1. Rinse the implant and insert it in the previously created subperiosteal pocket. Ensure a stable implant position against the drilled bony step. Depending on the manufacturer, place the separate reference electrode in an anterior, submuscular pocket. Check that ground and reference electrodes of the implant (on top of the implant, right below the coil) are well covered with soft tissue.
  2. Place the stimulating coil above the magnet of the receiving coil. Rotate the transmitting coil 180° back and forth to align the MR-compatible magnets. Wait for the engineer to measure the wireless connection (coupling check). When the connection is 100%, fix the transmitting coil with an adhesive foil to ensure that the coils do not displace during implantation.
  3. Inspect the middle ear again. Ensure that the middle ear space is air-filled. Carefully open the round window membrane. Ensure that the opening is sufficiently large and do not accidentally suction the perilymph.
  4. Insert the first electrode into the round window. If applicable and depending on the manufacturer, condition the electrode. Now, wait for the engineer to perform an impedance check.
    NOTE: Impedance values are manufacturer-specific.As a rough guide, the impedance should be below 10 kΩ.
  5. Insert the electrode slowly while carefully following hearing preservation techniques19. Keep the technician informed of progress (e.g., markers, number of electrodes in the cochlea) during insertion. Also instruct the technician to record and clearly communicate the ECochG potentials, i) if there is a signal (most commonly a CM signal), ii) how the signal evolves, and iii) if there are abrupt signal changes.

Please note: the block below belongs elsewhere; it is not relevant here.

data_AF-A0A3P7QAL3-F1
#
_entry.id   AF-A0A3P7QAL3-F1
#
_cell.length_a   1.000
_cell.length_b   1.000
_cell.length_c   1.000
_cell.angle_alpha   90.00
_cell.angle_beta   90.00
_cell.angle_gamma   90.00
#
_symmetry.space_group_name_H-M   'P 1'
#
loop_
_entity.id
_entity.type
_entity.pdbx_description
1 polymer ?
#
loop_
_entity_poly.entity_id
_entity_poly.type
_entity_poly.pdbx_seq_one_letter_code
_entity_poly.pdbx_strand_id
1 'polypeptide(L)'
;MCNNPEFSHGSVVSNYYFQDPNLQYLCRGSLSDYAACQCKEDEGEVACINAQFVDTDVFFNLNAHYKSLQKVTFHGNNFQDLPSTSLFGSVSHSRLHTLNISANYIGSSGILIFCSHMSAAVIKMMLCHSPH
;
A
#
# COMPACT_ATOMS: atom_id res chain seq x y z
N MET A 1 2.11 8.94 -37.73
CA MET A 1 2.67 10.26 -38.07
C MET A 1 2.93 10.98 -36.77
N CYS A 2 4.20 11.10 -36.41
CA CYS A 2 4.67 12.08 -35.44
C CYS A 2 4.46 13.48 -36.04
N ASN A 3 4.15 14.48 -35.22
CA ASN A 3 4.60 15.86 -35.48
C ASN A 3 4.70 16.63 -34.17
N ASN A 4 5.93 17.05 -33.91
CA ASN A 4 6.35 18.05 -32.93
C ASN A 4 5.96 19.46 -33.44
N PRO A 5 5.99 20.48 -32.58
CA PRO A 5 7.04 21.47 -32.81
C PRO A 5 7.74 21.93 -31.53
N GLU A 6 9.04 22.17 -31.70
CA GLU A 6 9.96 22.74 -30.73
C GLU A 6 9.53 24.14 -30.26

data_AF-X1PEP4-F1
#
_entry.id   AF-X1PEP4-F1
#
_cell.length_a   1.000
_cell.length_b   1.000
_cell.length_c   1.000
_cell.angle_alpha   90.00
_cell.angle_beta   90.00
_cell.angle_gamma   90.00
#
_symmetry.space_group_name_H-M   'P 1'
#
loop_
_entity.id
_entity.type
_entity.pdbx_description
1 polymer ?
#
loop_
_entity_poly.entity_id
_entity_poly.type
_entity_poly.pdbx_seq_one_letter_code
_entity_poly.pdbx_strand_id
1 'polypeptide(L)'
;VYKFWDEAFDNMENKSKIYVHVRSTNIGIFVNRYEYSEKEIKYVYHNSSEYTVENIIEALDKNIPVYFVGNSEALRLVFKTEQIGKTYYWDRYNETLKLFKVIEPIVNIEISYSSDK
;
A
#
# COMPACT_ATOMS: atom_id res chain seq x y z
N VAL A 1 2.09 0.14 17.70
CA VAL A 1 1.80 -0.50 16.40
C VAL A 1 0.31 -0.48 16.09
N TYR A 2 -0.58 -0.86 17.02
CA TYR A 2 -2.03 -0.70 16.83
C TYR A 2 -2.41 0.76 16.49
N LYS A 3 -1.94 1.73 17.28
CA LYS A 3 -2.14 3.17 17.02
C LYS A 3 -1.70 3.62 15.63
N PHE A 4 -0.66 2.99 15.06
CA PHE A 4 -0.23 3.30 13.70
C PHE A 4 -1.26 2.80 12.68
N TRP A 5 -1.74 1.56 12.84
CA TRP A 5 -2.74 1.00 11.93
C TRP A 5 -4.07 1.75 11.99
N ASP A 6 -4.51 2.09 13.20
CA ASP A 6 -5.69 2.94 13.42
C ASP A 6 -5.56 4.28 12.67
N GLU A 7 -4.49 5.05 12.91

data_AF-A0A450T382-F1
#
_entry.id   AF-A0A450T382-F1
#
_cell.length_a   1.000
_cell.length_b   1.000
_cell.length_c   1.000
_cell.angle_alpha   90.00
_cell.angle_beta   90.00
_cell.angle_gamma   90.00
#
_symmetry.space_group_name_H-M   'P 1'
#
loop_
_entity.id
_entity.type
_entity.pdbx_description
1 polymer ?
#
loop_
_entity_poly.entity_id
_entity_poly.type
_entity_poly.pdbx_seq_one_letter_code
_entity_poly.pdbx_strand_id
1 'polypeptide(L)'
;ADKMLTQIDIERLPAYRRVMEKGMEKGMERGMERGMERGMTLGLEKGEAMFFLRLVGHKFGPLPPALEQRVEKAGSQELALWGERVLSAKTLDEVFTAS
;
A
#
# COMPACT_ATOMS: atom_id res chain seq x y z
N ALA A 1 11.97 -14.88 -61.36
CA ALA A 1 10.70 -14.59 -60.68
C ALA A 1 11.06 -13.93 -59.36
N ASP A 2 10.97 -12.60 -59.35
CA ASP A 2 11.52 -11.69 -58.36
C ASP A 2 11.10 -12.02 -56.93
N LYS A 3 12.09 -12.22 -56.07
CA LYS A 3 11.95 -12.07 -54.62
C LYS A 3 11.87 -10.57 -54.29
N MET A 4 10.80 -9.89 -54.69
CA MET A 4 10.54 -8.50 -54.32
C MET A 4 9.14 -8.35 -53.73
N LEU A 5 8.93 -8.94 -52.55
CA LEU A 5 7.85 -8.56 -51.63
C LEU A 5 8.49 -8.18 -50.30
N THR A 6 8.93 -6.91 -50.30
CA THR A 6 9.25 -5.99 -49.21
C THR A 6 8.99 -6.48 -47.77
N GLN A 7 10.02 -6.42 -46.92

1. With a MED-EL implant, perform the stepwise procedure described previously7.
      1. ith the standard software, use condensation polarity with a recording window of 9.6 ms. Set the measurement delay to 1 ms and perform 100 iterations.
      2. Insert the electrode slowly and halt the insertion process after every second or third electrode (increase the number of recordings towards the end).
      3. Perform an ECochG measurement while holding the electrode array in place. Instruct the engineer to communicate as soon as the measurement is complete. Repeat ECochG until a full insertion is reached.
      NOTE: Since our article's acceptance, MED-EL has released new software (research software version: Maestro with Dataman Acoustic Stimulator v3.0) allowing continuous intraoperative measurements. In our demonstration video, we use this newer version. With the software update, stepwise electrode insertion is no longer necessary to perform intraoperative ECochG recording.
    2. With AB or Cochlear implants, record ECochG potentials with alternating polarities while the electrode is moved/inserted8,20. Communicate visible landmarks to the engineer (e.g., first implant marker is reached).
  6. In case of an amplitude loss of the ECochG signal, retract the electrode slightly and repeat the measurement21.
  7. After full insertion, have the engineer continue to record ECochG. Communicate each surgical step (e.g., sealing of the round window niche).